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  • The most convincing proof of this is that Origen (i) takes the idea of the immutability of God as the regulating idea of his system, and (2) deprives the historical "Word made flesh" of all significance for the true Gnostic. To him Christ appears simply as the Logos who is with the Father from eternity, and works from all eternity, to whom alone the instructed Christian directs his thoughts, requiring nothing more than a perfect - i.e.

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  • In such propositions historical Christianity is stripped off as a mere husk.

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  • Where his fundamental conception admits of it, he tries to solve historical problems by historical methods.

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  • Even in the christology, where he is treating of the historical Christ, he entertains critical considerations; hence it is not altogether without reason that in after times he was suspected of "Ebionitic" views of the Person of Christ.

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  • The military and historical works comprise precis of the wars of Julius Caesar, Turenne and Frederick the Great.

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  • There is scarcely anything historical in this account, perhaps not even the name Tiridates, for, according to the older tradition, Arsaces himself ruled for many years.

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  • This MS., the contents of which are fully catalogued in the Fourth Report (1874) of the Historical MSS.

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  • the calendar of Morcelli; and historical synaxaria, which give biographical notices besides, e.g.

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  • The notices given in the historical synaxaria are summaries of those in the great menologies, or collections of lives of saints, for the twelve months of the year.

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  • The oldest historical synaxaria apparently go back to the tenth century.

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  • Pithou wrote a great number of legal and historical books, besides preparing editions of several ancient authors.

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  • Its subject, which is of high historical value as a record of costume, represents the translation of the body of St Mark, and gives us a view of the west façade of the church as it was at the beginning of the 13th century before the addition of the ogee gables, with alternating crockets and statues, and the intermediate pinnacled canopies placed between the five great arches of the upper storey.

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  • Brown, Venice, an Historical Sketch of the Republic (London, 1895); H.

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  • Wilgus, "Evolution of Township Government in Ohio," in the Annual Report of the American Historical Association for 18 94, pp. 403-412 (Washington, 1895); D.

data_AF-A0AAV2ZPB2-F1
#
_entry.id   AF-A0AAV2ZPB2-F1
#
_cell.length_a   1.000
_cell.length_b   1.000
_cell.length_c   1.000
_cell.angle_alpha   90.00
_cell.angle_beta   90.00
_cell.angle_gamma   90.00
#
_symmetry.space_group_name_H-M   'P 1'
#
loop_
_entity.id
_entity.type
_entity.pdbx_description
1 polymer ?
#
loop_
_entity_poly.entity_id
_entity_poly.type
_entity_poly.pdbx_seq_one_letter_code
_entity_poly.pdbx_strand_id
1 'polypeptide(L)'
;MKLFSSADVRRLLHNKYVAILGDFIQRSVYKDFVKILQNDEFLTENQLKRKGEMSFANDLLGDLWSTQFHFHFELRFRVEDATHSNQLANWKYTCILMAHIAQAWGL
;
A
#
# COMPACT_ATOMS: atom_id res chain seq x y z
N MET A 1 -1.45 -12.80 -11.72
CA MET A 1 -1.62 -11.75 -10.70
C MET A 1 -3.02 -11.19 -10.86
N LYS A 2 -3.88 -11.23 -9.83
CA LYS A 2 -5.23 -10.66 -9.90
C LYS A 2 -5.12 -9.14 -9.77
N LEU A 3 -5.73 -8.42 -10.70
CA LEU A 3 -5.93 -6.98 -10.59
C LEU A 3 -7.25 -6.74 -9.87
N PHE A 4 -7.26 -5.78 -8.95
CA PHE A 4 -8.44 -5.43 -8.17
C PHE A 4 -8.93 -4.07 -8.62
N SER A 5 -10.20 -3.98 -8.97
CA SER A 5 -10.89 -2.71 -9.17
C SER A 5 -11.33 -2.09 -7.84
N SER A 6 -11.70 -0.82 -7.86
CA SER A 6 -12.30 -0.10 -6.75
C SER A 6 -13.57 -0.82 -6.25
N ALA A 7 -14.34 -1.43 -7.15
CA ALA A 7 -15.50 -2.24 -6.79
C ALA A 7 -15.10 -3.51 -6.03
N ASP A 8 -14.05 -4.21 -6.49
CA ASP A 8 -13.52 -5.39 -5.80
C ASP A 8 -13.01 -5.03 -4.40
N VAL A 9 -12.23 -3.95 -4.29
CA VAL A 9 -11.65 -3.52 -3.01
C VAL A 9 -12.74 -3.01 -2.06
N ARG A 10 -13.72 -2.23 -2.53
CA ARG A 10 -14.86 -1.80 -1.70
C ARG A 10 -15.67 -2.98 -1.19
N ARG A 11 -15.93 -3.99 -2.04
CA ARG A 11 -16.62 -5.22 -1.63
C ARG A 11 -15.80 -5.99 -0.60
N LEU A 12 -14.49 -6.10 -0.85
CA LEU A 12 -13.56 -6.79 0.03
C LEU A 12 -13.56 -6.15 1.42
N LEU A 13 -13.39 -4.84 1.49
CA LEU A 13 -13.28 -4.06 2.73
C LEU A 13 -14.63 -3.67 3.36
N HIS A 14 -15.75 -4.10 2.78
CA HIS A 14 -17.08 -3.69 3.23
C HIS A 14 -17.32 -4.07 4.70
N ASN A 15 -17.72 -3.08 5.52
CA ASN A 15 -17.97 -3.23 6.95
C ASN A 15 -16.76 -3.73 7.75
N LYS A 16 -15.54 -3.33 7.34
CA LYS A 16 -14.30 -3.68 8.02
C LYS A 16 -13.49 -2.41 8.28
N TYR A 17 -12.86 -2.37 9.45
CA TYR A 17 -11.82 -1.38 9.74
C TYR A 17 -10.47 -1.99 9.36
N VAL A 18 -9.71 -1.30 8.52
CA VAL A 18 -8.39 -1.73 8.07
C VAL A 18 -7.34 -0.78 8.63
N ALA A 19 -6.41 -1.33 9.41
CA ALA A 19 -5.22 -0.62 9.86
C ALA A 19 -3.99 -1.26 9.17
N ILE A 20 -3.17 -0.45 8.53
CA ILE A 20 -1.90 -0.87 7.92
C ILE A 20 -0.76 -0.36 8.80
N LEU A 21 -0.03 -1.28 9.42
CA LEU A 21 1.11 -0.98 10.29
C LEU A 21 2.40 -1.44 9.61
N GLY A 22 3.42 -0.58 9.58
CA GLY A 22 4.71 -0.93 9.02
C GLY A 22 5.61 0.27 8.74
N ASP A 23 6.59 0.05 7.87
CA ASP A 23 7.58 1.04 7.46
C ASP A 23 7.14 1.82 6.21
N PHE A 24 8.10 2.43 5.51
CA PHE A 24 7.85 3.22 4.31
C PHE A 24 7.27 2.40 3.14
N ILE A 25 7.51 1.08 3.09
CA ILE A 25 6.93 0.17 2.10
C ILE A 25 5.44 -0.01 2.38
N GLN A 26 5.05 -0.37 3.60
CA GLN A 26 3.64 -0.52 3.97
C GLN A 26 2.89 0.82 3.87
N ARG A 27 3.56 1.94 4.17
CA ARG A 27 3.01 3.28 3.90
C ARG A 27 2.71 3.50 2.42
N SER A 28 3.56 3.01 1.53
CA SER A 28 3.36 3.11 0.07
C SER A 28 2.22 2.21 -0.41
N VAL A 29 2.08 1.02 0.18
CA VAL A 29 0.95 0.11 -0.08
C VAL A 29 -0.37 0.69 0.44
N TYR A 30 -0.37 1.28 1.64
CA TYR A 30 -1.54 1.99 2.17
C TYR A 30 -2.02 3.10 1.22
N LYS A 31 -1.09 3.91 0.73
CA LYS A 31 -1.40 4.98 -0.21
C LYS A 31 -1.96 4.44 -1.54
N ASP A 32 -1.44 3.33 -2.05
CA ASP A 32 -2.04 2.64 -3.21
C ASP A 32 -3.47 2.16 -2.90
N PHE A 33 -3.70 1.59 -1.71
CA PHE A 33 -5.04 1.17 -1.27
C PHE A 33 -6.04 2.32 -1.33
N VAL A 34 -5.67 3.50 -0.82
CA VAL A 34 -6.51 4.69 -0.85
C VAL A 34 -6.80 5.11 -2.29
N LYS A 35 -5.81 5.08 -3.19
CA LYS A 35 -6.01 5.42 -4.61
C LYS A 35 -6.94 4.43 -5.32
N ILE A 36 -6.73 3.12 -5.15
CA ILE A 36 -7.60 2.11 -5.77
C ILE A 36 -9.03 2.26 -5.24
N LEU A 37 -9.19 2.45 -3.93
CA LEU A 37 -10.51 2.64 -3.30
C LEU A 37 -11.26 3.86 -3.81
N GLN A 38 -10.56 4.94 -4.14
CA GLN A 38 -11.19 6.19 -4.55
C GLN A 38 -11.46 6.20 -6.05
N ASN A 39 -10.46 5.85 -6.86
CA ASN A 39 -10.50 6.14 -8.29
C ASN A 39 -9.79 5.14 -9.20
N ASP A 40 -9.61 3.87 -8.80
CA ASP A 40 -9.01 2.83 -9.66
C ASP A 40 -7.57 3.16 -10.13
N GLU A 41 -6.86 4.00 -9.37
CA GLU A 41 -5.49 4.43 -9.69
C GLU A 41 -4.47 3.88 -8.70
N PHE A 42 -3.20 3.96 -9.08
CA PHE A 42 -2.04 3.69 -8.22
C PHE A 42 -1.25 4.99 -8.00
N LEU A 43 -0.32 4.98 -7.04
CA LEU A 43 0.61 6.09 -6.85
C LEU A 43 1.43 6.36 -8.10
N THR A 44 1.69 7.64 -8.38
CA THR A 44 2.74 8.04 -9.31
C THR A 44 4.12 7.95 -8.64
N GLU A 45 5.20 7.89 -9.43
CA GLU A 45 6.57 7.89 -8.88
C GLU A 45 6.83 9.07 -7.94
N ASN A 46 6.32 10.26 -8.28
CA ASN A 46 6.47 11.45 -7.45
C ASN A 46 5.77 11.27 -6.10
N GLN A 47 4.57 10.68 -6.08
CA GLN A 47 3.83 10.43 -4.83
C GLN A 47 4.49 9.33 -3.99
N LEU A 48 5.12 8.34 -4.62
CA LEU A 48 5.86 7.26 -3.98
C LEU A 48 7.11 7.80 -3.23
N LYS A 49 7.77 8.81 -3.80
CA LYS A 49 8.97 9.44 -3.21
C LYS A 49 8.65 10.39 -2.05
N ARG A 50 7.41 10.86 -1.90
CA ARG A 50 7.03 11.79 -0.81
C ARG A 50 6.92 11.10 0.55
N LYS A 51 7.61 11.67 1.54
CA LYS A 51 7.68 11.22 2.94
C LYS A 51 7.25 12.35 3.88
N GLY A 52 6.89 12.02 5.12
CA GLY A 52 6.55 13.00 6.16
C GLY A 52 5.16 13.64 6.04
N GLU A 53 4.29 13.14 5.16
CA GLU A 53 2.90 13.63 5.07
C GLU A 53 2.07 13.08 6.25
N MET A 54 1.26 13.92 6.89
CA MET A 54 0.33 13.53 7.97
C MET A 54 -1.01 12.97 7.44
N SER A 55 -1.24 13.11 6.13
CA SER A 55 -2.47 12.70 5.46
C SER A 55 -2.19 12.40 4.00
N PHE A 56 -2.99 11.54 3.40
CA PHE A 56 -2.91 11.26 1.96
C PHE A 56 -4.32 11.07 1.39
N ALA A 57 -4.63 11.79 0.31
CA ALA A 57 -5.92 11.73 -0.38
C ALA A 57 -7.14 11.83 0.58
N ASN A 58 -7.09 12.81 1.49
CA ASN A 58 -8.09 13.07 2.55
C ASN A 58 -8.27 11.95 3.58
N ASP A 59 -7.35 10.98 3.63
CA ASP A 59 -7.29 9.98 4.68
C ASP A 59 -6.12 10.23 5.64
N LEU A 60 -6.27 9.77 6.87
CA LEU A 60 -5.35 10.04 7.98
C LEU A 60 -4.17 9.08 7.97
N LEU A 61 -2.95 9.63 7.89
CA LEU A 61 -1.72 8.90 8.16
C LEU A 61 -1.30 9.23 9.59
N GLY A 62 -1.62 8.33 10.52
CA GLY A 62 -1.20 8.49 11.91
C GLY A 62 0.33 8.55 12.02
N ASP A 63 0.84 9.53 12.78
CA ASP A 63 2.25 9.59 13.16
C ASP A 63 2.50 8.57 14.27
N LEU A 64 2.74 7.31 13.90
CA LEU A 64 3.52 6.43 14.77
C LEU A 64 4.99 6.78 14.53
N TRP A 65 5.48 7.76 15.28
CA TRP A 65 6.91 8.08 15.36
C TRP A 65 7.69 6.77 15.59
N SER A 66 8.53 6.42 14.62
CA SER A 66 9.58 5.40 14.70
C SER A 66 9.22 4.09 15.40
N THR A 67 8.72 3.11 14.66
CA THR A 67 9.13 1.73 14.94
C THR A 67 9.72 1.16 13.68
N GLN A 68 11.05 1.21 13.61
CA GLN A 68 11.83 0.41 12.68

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  • There is considerable material of value, especially for local history, in the Ohio Archaeological and Historical Society Publications (Columbus, 1887), and in Henry Howe, Historical Collections of Ohio (1st ed., Cincinnati, 1847; Centennial edition [enlarged], 2 vols., Columbus, 1889-1891).

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  • Erskine had little interest in the "historical criticism" of Christianity, and regarded as the only proper criterion of its truth its conformity or nonconformity with man's spiritual nature, and its adaptability or non-adaptability to man's spiritual needs.

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  • His other works are mainly accounts of his travels: Sketches of the Natural, Political and Civil State of Switzerland (London, 1779), Account of the Russian Discoveries between Asia and America (London, 1780), Account of Prisons and Hospitals in Russia, Sweden and Denmark (London, 1781), Travels into Poland, Russia, Sweden and Denmark (London, 1784), Travels in Switzerland (London, 1789), Letter on Secret Tribunals of Westphalia (London, 1796), Historical Tour in Monmouthshire (London, 1801).

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  • Rudd, An Historical Sketch of Salisbury, Connecticut (New York, 1899); and Ellen S.

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  • and pamphlets), the Massachusetts Historical Society (founded 1791; 50,300), the Boston medical library (founded 1874; about 80,000), the New England Historic-Genealogical Society (founded 18 45; 33,750 volumes and 34,150 pamphlets), the state library (founded 1826; 140,000), the American Academy of Arts and Sciences (founded 1780; 30,000), the Boston Society of Natural History (founded 1830; about 35,000 volumes and 27,000 pamphlets).

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  • A great mass of original historical documents have been published by the registry department of the city government since 1876 (34 v.

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  • Historical and critical - Das religiose Bewusstsein der Menschheit; Geschichte der Metaphysik (2 vols.); Kant's Erkenntnistheorie; Kritische Grundlegung des transcendentalen Realismus; Ober die dialektische Methode; studies of Schelling, Lotze, von Kirchmann; Zur Geschichte des Pessimismus; Neukantianismus, Schopenhauerismus, Hegelianismus; Geschichte der deutschen Asthetik seit Kant; Die Krisis des Christentums in der modernen Theologie; Philosophische Fragen der Gegenwart; Ethische Studien; Moderne Psychologie; Das Christentum des neuen Testaments; Die Weltanschauung der modernen Physik.